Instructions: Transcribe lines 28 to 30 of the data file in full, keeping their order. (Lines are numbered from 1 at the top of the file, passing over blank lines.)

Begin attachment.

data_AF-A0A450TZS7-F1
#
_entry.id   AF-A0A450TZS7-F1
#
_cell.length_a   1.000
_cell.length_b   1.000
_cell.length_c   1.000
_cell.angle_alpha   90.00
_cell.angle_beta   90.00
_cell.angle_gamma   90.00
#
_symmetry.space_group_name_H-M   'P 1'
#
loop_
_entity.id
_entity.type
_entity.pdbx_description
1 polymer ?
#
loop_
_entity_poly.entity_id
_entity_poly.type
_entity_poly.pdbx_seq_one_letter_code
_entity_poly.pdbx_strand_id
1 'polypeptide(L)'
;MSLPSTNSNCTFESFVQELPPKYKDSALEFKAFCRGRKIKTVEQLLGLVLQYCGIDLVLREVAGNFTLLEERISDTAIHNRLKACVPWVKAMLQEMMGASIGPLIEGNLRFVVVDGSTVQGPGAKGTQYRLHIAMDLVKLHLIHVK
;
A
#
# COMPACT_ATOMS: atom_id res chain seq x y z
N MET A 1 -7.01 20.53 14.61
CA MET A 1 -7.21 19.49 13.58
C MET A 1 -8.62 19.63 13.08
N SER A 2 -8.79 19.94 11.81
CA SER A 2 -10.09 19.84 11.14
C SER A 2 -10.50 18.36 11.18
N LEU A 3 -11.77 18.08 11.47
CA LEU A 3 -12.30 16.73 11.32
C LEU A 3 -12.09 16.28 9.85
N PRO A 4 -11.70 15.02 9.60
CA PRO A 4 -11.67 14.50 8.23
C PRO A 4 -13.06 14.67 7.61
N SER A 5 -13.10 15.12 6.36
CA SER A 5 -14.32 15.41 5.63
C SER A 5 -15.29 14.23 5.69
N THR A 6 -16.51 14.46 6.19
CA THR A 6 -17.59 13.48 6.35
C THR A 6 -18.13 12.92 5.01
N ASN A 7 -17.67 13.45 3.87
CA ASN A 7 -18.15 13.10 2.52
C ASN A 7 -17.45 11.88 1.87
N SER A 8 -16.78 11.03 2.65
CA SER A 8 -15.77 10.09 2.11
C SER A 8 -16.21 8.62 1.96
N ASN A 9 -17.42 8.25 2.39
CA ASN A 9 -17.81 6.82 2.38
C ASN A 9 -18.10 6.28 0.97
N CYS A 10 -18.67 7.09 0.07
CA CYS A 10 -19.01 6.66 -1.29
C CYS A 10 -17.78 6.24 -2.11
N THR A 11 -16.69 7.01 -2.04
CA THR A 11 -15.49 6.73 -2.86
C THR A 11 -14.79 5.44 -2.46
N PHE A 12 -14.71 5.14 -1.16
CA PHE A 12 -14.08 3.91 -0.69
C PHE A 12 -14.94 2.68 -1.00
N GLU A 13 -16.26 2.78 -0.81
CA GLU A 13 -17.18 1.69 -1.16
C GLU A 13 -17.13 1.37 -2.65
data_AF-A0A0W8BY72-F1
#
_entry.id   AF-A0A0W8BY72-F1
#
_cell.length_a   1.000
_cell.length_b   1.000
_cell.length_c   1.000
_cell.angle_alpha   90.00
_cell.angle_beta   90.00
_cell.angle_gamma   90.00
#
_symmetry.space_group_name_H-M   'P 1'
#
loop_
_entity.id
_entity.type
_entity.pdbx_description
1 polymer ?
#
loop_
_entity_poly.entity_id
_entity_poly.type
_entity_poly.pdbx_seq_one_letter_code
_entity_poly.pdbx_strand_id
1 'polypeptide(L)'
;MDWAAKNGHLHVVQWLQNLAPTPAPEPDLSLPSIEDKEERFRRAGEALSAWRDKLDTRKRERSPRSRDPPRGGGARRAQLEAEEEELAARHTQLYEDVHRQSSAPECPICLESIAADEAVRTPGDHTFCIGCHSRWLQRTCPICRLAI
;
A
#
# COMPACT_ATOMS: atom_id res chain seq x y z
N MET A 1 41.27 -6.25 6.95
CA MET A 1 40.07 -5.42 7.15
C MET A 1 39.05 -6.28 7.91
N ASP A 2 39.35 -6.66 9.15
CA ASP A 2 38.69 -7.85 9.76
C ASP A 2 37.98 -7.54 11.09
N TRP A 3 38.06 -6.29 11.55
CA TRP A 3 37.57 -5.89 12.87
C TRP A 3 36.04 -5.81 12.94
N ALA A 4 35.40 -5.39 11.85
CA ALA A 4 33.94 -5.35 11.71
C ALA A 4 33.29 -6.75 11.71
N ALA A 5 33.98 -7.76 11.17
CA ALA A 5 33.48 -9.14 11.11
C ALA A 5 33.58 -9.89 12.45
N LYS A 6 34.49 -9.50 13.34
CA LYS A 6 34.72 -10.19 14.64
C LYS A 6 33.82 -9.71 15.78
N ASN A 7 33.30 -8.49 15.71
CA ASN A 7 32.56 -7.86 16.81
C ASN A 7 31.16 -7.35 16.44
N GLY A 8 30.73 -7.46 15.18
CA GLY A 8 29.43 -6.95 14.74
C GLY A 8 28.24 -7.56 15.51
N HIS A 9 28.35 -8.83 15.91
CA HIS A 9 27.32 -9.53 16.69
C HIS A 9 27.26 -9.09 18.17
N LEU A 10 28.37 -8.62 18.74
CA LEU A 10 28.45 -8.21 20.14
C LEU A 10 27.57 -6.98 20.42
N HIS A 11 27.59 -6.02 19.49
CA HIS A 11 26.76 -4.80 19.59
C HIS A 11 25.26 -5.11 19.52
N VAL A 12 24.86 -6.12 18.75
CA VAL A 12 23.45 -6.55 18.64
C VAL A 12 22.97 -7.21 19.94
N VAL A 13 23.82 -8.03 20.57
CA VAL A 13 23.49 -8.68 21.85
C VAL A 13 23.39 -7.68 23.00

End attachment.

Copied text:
A
#
# COMPACT_ATOMS: atom_id res chain seq x y z